He says that’s why it’s important that organizations adopt an IT security framework (e.g., PCI, HITRUST, NIST sp800, or ISO 27001) to protect sensitive information from those who seek to profit from it illegally.

Smart Business spoke with Compton about what companies should know about the data they keep and how to protect it.

How do businesses determine what security standards to adopt?
Before selecting a security framework, companies should first determine what data they have and where it is, then assign some level of risk to each data category.

Data should be classified by its level of sensitivity. The highest level of security should be assigned to data that would be most damaging to the company or its clients/customers if it were to be captured by a bad actor. Another aspect to data classification is the importance of its availability. What data must a company access daily to operate?

Consider how threats could affect the integrity of data processing. These could alter a transaction or alter the way other information is processed in the system so that it becomes inaccurate — an attack that could affect bank statements or payroll.

Once a company understands the types of data and the risks the loss of each poses, it can select a security framework. Adopting a framework of controls gives the company the ability to audit and test its protections and understand how network threats are being handled. It also provides management a decision framework when considering enhanced security controls.

The simplest control framework to implement is PCI DSS (Payment Card Industry Data Security Standard), which is designed to protect credit card holders against the misuse of their personal information. Adhering to this standard doesn’t guarantee that a company’s data will be secure, but it does offer a sound framework of best practices to reduce unmitigated threats.

How can organizations feel confident that their security is adequate?
Once a company has implemented a security framework, it should conduct security testing to expose flaws. At a basic level, this can be done as automated, weekly vulnerability scans that alert management to discovered weaknesses and advise how they can be remediated. It’s also a good idea to conduct regular penetration testing to ensure systems can’t be altered or otherwise tampered with.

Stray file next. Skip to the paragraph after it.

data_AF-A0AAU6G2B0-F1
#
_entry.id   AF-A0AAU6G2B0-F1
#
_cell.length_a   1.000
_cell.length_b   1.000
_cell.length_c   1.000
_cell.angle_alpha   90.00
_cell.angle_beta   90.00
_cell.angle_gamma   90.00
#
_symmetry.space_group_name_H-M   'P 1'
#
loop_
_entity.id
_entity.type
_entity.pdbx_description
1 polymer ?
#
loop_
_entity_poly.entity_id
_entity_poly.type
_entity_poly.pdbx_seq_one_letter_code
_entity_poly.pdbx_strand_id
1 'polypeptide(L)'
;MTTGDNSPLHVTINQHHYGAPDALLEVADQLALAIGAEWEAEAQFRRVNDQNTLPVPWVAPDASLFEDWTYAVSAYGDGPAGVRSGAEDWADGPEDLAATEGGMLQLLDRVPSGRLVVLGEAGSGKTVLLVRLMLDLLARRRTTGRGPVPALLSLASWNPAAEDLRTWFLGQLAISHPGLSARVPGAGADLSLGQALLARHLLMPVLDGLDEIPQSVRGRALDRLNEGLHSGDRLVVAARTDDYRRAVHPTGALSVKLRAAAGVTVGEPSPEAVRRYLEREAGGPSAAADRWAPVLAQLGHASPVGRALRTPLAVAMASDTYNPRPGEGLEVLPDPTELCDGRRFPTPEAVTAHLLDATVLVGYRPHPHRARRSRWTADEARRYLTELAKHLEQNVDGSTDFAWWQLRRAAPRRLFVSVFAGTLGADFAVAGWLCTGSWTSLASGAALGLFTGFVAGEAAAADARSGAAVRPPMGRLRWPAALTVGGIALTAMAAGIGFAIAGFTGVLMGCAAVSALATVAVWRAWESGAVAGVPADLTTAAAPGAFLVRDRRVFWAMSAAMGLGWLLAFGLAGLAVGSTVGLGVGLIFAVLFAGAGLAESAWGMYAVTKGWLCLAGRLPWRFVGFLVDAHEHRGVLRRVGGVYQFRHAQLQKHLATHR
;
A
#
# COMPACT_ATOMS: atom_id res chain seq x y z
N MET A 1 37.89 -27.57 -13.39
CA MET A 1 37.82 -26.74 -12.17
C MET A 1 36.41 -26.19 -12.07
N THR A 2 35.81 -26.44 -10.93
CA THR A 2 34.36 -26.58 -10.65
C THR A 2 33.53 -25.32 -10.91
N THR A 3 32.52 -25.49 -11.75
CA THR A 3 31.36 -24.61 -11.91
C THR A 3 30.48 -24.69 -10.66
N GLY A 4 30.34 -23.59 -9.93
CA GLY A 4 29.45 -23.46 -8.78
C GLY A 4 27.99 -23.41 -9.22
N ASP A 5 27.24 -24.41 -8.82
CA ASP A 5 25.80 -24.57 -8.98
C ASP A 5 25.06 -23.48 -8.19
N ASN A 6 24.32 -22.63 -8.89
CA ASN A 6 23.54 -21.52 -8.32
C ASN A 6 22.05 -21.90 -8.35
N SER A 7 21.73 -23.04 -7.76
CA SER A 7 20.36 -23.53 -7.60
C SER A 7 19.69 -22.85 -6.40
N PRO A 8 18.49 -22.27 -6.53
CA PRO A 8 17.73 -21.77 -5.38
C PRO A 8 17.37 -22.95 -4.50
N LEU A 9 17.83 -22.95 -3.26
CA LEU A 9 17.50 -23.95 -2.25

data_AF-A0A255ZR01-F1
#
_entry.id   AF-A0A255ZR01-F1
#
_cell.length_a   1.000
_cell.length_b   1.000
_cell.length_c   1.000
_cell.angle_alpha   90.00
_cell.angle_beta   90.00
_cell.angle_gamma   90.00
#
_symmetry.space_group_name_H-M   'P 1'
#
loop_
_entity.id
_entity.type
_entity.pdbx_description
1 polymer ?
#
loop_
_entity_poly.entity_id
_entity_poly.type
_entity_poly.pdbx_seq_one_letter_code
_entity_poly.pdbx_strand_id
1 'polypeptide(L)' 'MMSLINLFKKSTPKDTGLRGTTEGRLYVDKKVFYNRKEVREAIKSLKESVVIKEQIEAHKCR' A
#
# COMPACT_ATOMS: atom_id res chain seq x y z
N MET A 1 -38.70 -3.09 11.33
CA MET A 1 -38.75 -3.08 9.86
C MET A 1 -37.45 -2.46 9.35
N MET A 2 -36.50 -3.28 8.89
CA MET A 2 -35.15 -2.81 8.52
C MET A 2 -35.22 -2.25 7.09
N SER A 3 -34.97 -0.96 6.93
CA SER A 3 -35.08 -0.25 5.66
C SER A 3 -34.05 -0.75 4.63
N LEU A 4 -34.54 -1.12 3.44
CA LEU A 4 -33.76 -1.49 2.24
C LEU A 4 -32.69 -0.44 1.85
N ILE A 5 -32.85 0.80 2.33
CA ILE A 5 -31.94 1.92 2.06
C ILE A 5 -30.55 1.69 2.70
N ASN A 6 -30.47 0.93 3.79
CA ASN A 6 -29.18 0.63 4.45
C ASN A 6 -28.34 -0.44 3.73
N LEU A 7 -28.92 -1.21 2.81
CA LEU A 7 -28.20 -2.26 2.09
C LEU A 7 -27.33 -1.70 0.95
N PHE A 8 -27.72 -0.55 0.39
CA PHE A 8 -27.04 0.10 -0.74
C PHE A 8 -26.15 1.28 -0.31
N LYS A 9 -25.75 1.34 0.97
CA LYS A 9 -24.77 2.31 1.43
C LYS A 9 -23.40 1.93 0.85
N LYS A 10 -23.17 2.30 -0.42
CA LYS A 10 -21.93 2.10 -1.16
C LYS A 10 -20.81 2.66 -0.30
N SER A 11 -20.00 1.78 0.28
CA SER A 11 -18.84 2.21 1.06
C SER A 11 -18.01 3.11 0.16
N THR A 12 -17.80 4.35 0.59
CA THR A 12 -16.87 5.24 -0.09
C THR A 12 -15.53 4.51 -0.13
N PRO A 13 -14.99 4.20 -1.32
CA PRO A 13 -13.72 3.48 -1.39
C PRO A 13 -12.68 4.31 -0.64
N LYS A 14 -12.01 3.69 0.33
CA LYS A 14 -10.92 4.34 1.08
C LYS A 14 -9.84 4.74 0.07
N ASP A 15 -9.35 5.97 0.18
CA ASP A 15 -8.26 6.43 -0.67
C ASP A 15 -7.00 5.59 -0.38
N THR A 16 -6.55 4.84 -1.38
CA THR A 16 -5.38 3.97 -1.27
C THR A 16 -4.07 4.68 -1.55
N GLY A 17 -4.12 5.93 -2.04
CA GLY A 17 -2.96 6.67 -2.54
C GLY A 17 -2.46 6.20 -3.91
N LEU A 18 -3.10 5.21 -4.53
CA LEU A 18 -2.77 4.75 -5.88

It’s also important that every organization achieves some type of segregation of duties. There should be adequate testing of user roles in the system to make sure users can’t escalate their privileges and access otherwise restricted information.

What is the process to make sure these benchmarks are being met?
It’s critical to conduct regular security and risk assessments, either internally or through an outside provider, and make sure internal logs are being monitored for activity.

If a company has the resources, getting an independent, third-party opinion on a regular basis is always good.

The third-party provider’s job is to identify vulnerabilities and deliver ideas on how to make the environment more secure. Established and reputable third-party providers are likely in hundreds of environments every year, which gives them a broad perspective on the types of threats that exist and how to stop them.

Companies must be diligent when monitoring and testing their networks. If a breach or attack does occur, it’s better to know within 24 hours than six months later. It’s not about perfection, but rather mitigation. That takes a well-defined process and a cohesive plan to manage.

Insights Accounting is brought to you by Skoda Minotti


Accountants can help family business owners protect assets after a divorce

Divorce is an unfortunate end to about 2 percent of marriages each year. When the assets of one or both spouses include a family business, the proceedings get more complicated. The value of a closely held business and the owner’s spendable cash flow from the business are two of the more heavily contested matters in divorces.